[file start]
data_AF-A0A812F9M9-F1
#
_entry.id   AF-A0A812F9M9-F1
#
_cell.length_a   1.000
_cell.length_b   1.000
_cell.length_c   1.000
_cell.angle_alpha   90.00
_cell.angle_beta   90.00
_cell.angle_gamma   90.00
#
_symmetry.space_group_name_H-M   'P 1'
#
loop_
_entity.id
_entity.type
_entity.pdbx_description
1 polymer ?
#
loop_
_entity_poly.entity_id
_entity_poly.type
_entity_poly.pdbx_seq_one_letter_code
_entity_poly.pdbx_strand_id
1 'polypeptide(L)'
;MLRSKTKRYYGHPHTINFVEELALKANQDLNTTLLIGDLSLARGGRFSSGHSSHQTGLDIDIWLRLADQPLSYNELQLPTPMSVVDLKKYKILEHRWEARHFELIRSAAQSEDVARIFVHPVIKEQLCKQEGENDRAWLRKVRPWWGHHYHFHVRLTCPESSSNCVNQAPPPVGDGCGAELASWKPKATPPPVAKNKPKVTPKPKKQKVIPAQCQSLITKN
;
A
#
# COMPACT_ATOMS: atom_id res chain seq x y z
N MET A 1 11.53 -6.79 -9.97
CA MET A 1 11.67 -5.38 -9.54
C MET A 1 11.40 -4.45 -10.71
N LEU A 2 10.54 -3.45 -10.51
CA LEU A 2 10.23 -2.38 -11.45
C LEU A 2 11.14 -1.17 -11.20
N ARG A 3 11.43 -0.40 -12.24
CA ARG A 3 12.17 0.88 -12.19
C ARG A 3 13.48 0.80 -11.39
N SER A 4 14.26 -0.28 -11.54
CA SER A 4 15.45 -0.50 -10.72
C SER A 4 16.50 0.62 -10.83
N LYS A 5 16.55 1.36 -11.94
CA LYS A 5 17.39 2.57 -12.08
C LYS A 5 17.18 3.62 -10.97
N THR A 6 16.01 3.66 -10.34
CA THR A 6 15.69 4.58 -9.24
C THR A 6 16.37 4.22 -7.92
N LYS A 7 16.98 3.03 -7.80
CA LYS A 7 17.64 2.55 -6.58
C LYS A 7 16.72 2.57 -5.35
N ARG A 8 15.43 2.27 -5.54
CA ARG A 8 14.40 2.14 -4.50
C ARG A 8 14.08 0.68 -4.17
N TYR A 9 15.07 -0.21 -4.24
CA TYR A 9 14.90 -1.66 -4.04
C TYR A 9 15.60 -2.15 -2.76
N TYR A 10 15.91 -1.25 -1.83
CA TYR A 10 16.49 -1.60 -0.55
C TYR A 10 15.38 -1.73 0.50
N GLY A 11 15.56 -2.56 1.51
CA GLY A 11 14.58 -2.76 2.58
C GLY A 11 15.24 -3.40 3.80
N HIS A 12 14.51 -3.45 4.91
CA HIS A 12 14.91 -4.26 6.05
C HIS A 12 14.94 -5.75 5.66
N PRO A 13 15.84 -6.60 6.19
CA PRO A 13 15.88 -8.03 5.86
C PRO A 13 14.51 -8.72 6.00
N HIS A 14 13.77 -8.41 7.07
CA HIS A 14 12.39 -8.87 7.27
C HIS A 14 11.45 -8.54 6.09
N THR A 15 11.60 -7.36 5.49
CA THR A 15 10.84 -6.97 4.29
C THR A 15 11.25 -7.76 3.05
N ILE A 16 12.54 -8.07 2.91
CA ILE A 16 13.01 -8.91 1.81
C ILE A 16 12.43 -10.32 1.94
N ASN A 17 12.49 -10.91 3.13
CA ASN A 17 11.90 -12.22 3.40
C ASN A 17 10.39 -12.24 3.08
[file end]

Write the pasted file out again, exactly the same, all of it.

data_AF-A0A812F9M9-F1
#
_entry.id   AF-A0A812F9M9-F1
#
_cell.length_a   1.000
_cell.length_b   1.000
_cell.length_c   1.000
_cell.angle_alpha   90.00
_cell.angle_beta   90.00
_cell.angle_gamma   90.00
#
_symmetry.space_group_name_H-M   'P 1'
#
loop_
_entity.id
_entity.type
_entity.pdbx_description
1 polymer ?
#
loop_
_entity_poly.entity_id
_entity_poly.type
_entity_poly.pdbx_seq_one_letter_code
_entity_poly.pdbx_strand_id
1 'polypeptide(L)'
;MLRSKTKRYYGHPHTINFVEELALKANQDLNTTLLIGDLSLARGGRFSSGHSSHQTGLDIDIWLRLADQPLSYNELQLPTPMSVVDLKKYKILEHRWEARHFELIRSAAQSEDVARIFVHPVIKEQLCKQEGENDRAWLRKVRPWWGHHYHFHVRLTCPESSSNCVNQAPPPVGDGCGAELASWKPKATPPPVAKNKPKVTPKPKKQKVIPAQCQSLITKN
;
A
#
# COMPACT_ATOMS: atom_id res chain seq x y z
N MET A 1 11.53 -6.79 -9.97
CA MET A 1 11.67 -5.38 -9.54
C MET A 1 11.40 -4.45 -10.71
N LEU A 2 10.54 -3.45 -10.51
CA LEU A 2 10.23 -2.38 -11.45
C LEU A 2 11.14 -1.17 -11.20
N ARG A 3 11.43 -0.40 -12.24
CA ARG A 3 12.17 0.88 -12.19
C ARG A 3 13.48 0.80 -11.39
N SER A 4 14.26 -0.28 -11.54
CA SER A 4 15.45 -0.50 -10.72
C SER A 4 16.50 0.62 -10.83
N LYS A 5 16.55 1.36 -11.94
CA LYS A 5 17.39 2.57 -12.08
C LYS A 5 17.18 3.62 -10.97
N THR A 6 16.01 3.66 -10.34
CA THR A 6 15.69 4.58 -9.24
C THR A 6 16.37 4.22 -7.92
N LYS A 7 16.98 3.03 -7.80
CA LYS A 7 17.64 2.55 -6.58
C LYS A 7 16.72 2.57 -5.35
N ARG A 8 15.43 2.27 -5.54
CA ARG A 8 14.40 2.14 -4.50
C ARG A 8 14.08 0.68 -4.17
N TYR A 9 15.07 -0.21 -4.24
CA TYR A 9 14.90 -1.66 -4.04
C TYR A 9 15.60 -2.15 -2.76
N TYR A 10 15.91 -1.25 -1.83
CA TYR A 10 16.49 -1.60 -0.55
C TYR A 10 15.38 -1.73 0.50
N GLY A 11 15.56 -2.56 1.51
CA GLY A 11 14.58 -2.76 2.58
C GLY A 11 15.24 -3.40 3.80
N HIS A 12 14.51 -3.45 4.91
CA HIS A 12 14.91 -4.26 6.05
C HIS A 12 14.94 -5.75 5.66
N PRO A 13 15.84 -6.60 6.19
CA PRO A 13 15.88 -8.03 5.86
C PRO A 13 14.51 -8.72 6.00
N HIS A 14 13.77 -8.41 7.07
CA HIS A 14 12.39 -8.87 7.27
C HIS A 14 11.45 -8.54 6.09
N THR A 15 11.60 -7.36 5.49
CA THR A 15 10.84 -6.97 4.29
C THR A 15 11.25 -7.76 3.05
N ILE A 16 12.54 -8.07 2.91
CA ILE A 16 13.01 -8.91 1.81
C ILE A 16 12.43 -10.32 1.94
N ASN A 17 12.49 -10.91 3.13
CA ASN A 17 11.90 -12.22 3.40
C ASN A 17 10.39 -12.24 3.08